A Chicago-based photographer raises a question about man's connection with his natural resources through a series of distorted images made by burning exposed film. Learn more about his extreme film destroying methods for this series after the jump!
Driven by the theme of “water and oil,” Chicago photographer Peter Hoffman started a photo series called Fox River Derivatives in response to the BP Oil Spill in the Gulf of Mexico in 2010. For this project, Hoffman took medium format photos along the Fox River then utilized a method that may be deemed extreme even by our film-destroying fellow lomographers: he coated the negatives with gasoline then set them on fire for some seconds before dousing them with water.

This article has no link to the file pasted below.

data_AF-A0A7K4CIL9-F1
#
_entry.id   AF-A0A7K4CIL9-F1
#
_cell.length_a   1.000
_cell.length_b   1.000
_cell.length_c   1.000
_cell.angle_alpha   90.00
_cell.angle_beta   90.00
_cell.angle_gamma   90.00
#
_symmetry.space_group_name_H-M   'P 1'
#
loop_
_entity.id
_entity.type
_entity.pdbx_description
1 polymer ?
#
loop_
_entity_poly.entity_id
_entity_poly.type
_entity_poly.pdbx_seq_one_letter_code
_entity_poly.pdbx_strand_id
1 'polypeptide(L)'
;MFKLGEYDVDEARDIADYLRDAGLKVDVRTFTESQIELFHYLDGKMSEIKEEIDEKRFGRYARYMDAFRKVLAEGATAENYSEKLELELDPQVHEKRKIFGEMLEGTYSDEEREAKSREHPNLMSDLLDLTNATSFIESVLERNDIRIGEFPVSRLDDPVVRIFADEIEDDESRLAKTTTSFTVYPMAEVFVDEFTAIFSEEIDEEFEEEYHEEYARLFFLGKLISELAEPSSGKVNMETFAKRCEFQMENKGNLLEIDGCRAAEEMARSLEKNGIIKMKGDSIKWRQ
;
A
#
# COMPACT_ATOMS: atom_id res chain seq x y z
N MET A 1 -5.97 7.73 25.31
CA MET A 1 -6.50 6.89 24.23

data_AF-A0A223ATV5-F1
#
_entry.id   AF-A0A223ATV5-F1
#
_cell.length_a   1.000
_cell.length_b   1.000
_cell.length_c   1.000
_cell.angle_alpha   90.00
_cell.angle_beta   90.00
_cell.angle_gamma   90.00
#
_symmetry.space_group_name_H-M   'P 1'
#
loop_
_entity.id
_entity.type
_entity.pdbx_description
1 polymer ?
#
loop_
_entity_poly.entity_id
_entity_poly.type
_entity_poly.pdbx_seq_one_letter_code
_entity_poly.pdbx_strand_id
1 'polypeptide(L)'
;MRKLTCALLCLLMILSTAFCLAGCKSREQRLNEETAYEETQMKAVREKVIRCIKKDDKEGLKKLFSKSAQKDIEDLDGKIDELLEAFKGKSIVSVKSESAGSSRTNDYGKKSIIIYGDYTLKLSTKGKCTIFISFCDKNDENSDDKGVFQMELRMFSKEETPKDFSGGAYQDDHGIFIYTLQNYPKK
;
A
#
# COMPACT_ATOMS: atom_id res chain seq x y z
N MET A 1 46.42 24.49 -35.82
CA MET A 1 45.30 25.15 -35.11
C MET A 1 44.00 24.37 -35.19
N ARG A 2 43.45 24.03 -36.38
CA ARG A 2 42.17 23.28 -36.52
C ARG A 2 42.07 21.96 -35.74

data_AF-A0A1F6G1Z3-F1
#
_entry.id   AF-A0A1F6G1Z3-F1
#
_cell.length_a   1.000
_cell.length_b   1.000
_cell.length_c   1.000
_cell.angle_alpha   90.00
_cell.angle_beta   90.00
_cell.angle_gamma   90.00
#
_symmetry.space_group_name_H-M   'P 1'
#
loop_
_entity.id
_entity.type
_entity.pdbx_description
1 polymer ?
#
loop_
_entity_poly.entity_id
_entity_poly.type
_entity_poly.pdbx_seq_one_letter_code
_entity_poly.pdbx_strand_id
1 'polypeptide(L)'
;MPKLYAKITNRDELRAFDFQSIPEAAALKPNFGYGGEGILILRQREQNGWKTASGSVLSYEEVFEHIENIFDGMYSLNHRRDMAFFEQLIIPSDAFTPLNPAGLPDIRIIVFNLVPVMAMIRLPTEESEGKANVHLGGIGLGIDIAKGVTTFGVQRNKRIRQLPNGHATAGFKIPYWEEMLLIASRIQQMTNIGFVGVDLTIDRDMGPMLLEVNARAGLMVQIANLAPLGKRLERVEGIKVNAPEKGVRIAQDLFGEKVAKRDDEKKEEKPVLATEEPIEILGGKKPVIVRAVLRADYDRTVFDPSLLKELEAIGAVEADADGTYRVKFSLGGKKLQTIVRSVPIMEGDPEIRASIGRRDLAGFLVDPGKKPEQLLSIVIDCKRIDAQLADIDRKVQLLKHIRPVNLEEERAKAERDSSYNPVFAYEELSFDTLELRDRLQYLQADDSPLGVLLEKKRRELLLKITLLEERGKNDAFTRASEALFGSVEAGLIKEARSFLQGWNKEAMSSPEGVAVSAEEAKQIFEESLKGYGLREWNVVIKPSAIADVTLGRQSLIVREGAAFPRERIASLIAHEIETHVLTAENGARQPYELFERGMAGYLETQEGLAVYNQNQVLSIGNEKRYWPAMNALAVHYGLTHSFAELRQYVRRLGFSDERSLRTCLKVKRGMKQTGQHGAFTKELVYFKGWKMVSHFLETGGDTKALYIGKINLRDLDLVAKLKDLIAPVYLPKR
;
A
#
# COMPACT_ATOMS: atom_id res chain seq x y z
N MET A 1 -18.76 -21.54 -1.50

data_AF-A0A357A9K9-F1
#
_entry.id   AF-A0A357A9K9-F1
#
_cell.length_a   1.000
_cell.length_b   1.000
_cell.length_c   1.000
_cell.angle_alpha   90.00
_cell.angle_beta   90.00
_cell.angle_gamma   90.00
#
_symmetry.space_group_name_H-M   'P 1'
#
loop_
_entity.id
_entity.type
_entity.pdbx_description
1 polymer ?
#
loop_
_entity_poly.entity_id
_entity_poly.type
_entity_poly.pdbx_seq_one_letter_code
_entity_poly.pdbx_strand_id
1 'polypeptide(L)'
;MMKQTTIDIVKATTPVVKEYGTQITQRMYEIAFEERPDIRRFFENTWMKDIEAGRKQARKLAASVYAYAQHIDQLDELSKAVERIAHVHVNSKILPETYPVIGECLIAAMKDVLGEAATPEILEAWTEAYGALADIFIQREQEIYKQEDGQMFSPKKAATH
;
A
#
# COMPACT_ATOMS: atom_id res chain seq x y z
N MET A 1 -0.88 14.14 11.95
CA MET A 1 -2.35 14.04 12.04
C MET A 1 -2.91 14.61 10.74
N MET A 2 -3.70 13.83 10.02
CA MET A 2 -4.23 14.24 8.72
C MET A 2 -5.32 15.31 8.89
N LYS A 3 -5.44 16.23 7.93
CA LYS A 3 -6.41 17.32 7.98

Why such an intense method — something which he himself described as a trial and error process but mostly error — for this project? Hoffman explains to Feature Shoot, “I wanted to transfer that feeling I had, which was maybe something like a sense of powerlessness or dread, to the image making process. I wanted to lose control, having the resulting work border on ceasing to exist in any recognizable form.”
The Fox River Derivatives series is also one of the works featured in the Catherine Edelman Gallery's Chicago Project.
What do you think of Peter Hoffman’s distorted, scorched photographs? Share your insights with us and leave a comment below!